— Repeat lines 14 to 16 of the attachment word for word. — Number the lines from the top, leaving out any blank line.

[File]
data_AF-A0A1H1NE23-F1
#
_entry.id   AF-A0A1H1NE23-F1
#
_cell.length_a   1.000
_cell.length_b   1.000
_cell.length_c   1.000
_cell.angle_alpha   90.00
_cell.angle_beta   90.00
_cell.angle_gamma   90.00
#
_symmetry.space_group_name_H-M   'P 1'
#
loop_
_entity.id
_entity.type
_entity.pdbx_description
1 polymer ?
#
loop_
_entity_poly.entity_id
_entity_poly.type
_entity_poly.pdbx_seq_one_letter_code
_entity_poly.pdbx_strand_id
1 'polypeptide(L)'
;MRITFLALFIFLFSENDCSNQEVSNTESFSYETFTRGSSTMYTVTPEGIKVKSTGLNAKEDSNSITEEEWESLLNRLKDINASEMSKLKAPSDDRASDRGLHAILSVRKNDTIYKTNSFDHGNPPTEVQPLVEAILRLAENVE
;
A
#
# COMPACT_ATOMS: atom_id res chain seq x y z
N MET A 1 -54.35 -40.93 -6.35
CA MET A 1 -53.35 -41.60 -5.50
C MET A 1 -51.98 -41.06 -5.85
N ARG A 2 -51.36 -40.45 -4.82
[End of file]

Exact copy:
loop_
_entity.id
_entity.type